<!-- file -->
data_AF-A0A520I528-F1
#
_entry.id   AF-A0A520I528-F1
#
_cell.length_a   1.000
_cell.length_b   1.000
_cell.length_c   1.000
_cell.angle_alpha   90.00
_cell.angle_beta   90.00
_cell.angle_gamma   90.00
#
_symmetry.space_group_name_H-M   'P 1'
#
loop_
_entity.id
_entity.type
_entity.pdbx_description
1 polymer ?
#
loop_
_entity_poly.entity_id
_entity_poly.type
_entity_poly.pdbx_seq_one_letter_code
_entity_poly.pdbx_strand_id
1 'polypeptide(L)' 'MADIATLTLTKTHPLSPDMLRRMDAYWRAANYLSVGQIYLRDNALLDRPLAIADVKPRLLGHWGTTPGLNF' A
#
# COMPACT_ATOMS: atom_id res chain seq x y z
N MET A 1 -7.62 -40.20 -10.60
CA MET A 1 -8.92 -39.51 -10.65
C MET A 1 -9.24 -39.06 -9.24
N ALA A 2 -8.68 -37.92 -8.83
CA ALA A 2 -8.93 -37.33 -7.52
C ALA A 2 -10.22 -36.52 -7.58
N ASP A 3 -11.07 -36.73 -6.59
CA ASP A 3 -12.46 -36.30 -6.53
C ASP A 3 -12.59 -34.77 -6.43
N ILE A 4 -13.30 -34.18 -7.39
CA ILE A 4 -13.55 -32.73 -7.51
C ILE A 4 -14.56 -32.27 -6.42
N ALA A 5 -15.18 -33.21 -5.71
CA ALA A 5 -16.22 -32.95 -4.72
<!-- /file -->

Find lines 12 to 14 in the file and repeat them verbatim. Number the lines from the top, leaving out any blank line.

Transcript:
_symmetry.space_group_name_H-M   'P 1'
#
loop_